Where are you now? - Mark Johnston: Progression from Apprentice to Chief Engineer

Where are you now? - Mark Johnston: Progression from Apprentice to Chief Engineer

Mark always knew that engineering was his passion. It was the subject that he excelled at most at school as well as having a natural curiosity, experience in tinkering with the inner workings of cars in his parent’s garage and his grandfather’s engineering holding company. It was this natural interest in engineering that drove Mark to apply for an apprenticeship role at Marshall where he began his outstanding career and progressed through the ranks from entry level apprentice to Chief Engineer.

Since the inception of Mark’s application as an apprentice, he has had a career that is nothing short of remarkable. Mark has been at Marshall for nearly four decades and during that time, he has worked on projects that that have had tremendous influence on the aerospace industry as we know it. While Mark is now in a position of significant authority within Marshall, his journey began at Marshall Skills Academy as an apprentice. He aspired to be a draftsman to create technical drawings of machinery that would eventually be built and used in aircraft that shaped the modern military world, such as the Lockheed C-130, Tristar, Meteor Jet Fighters and more.

“The important part of the apprenticeship was the engagement, not only of the remarkable people working there who can teach you exactly what you need to know, but also with the machinery and aircraft too. It was an incredible blend of practical and technical knowledge and experience that makes Marshall Skills Academy so unique and cannot be found anywhere else.”

When looking back on his time as an apprentice, Mark heralded the people, experience and project opportunities as attributes that made the Marshall Skills Academy a unique and exceptional experience in molding his career as a successful draftsman and engineer. The first was the impact that the people who worked at Marshall had on Mark’s professional development, both on his skills as well as his character. Mark was trained in the workshop by the legendary “good cop, bad cop” dream team – Robin Lipscombe and Keirron Mascall; two of Marshall’s longest serving learning facilitators with more than 100 years combined experience between them. They have helped Thousands of apprentices reach their potential and start their career in engineering. Mark reflected positively and spoke highly of the time in the workshop as it helped him understand the precision and detail required to be successful as an engineer.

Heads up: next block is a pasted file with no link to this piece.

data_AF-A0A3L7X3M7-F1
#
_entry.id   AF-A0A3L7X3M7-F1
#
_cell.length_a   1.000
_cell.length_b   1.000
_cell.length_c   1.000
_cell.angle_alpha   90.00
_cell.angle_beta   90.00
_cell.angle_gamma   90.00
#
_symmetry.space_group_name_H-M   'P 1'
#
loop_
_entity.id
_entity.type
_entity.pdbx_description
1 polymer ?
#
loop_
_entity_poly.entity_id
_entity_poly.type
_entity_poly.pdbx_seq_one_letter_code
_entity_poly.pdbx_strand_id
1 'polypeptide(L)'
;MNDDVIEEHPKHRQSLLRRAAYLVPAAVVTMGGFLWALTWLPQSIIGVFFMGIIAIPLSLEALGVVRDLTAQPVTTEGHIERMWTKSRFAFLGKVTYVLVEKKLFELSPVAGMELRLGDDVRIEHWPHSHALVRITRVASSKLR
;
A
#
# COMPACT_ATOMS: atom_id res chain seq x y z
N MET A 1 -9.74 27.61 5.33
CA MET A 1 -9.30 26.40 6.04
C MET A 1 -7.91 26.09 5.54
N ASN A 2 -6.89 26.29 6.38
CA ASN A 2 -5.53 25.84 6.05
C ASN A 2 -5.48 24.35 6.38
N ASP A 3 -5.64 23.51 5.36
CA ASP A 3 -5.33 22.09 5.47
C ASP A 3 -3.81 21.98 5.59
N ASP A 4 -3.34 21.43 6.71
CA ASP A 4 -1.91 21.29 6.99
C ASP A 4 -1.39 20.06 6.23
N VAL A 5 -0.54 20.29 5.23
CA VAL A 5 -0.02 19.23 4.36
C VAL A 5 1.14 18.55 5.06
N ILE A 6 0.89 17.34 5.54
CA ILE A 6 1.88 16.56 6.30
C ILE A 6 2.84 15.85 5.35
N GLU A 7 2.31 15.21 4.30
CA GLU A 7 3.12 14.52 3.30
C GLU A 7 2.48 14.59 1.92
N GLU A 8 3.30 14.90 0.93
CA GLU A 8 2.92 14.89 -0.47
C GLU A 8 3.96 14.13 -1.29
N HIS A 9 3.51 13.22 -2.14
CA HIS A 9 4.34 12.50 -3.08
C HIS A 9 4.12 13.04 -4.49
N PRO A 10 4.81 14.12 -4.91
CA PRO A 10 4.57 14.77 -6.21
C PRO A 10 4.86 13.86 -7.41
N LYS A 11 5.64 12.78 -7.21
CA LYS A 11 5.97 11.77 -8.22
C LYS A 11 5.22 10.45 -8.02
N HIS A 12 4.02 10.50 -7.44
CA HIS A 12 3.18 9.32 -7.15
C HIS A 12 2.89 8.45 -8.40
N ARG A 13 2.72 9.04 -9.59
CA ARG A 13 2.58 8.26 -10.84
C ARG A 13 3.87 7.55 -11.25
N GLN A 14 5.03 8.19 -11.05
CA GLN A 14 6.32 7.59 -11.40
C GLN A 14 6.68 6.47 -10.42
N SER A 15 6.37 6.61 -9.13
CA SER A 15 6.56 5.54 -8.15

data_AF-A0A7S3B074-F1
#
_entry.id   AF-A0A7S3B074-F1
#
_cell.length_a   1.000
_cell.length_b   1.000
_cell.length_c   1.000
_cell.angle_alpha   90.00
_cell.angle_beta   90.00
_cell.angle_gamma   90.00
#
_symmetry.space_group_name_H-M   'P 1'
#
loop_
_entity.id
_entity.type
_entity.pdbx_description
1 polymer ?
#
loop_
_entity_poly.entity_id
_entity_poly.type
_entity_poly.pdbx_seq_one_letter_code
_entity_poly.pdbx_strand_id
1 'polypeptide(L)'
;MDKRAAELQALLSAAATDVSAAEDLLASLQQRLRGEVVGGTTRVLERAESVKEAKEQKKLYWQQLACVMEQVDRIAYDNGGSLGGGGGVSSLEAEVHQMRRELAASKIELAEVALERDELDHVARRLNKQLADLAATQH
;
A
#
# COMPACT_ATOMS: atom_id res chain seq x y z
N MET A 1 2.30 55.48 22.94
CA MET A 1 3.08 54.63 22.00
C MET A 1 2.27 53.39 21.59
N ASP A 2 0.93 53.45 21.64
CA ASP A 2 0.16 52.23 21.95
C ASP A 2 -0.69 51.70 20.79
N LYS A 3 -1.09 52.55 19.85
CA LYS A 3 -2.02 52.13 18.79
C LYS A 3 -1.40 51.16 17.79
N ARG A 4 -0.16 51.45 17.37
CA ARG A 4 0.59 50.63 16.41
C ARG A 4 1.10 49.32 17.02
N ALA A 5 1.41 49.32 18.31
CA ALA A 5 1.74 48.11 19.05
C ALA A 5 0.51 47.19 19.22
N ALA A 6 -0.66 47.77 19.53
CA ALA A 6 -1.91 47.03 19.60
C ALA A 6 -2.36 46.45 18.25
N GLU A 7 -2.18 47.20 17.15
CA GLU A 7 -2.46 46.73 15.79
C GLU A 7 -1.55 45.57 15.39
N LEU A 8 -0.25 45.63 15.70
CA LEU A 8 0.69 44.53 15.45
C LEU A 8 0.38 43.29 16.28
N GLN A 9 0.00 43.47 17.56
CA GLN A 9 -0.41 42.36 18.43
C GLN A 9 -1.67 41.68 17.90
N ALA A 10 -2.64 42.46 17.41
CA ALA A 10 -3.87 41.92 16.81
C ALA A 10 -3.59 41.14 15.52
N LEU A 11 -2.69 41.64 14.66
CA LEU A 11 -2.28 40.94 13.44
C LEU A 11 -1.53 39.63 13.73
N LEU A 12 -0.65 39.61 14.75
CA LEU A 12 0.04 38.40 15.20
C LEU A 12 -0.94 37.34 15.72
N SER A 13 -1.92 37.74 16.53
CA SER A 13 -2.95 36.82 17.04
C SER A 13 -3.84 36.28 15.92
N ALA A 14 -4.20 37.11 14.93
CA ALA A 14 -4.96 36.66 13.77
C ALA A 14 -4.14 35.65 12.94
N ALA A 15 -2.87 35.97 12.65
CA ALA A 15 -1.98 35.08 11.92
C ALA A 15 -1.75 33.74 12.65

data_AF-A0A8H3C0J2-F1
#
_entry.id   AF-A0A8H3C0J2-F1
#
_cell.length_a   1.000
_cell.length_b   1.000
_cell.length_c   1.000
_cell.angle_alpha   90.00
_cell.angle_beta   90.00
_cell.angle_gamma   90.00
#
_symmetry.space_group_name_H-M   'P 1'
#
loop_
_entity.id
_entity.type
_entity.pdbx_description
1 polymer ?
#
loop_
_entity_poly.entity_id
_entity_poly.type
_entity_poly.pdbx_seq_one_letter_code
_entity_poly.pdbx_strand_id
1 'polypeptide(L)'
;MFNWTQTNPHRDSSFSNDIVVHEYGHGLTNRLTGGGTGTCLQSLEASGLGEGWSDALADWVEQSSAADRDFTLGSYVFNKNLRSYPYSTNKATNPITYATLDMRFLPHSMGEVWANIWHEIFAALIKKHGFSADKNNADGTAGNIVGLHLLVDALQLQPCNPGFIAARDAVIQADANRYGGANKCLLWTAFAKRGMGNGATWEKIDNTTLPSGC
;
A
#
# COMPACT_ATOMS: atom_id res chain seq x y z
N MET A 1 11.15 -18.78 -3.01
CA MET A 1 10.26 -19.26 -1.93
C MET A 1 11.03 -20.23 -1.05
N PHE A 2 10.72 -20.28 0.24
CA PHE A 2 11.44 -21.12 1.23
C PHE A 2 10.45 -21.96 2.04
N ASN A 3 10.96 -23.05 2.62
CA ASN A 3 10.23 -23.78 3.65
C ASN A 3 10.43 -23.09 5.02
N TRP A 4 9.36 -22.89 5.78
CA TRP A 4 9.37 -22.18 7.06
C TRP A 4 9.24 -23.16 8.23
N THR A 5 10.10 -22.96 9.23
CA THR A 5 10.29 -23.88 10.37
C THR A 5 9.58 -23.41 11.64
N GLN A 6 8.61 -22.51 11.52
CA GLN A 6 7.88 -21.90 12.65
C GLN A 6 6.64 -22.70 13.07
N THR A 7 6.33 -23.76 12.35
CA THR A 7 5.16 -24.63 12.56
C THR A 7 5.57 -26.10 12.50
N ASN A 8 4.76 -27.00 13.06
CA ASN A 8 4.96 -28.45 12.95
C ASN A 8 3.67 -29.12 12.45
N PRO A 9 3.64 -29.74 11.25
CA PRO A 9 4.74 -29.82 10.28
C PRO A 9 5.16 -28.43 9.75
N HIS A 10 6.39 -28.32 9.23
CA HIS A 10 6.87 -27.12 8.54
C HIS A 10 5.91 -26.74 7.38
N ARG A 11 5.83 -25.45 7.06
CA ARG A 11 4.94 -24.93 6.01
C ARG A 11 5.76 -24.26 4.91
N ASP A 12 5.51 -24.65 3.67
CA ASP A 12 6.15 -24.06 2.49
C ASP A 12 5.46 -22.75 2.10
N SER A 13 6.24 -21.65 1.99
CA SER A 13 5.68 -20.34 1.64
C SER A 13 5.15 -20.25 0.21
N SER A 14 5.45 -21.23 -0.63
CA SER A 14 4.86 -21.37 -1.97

Mark returned to the workshop many years after leaving to take part in a timed challenge against Keirron. They were tasked to complete a slot and curve metalwork project, which is first task that apprentices learn to do in the workshop to this day. Even though Mark was significantly faster than he was as an apprentice, Keirron still beat him.

Mark remembers one of the most exciting and proudest moments that allowed him to use all his apprenticeship knowledge and experience working on aircraft, was being the senior design engineer on the A-400M aircraft engine testbed. Mark was responsible for coordinating and installing the A-400M engines and propellers onto another aircraft for flight tests and trials to ensure the safety and reliability of the engines. It was a project that took months of work, planning and preparation to complete and the result was one that Mark described as the most challenging, yet rewarding experience of his career.

Mark also worked on Exovent - a modern version of the iron lung that helped support patients with respiratory failure due to COVID.

Although Mark has worked his way up to a senior position in the business as the Chief Engineer, he still has time to support the current apprentices as he knows first-hand the value of developing the talent of the future to address the growing global skills gap in industry.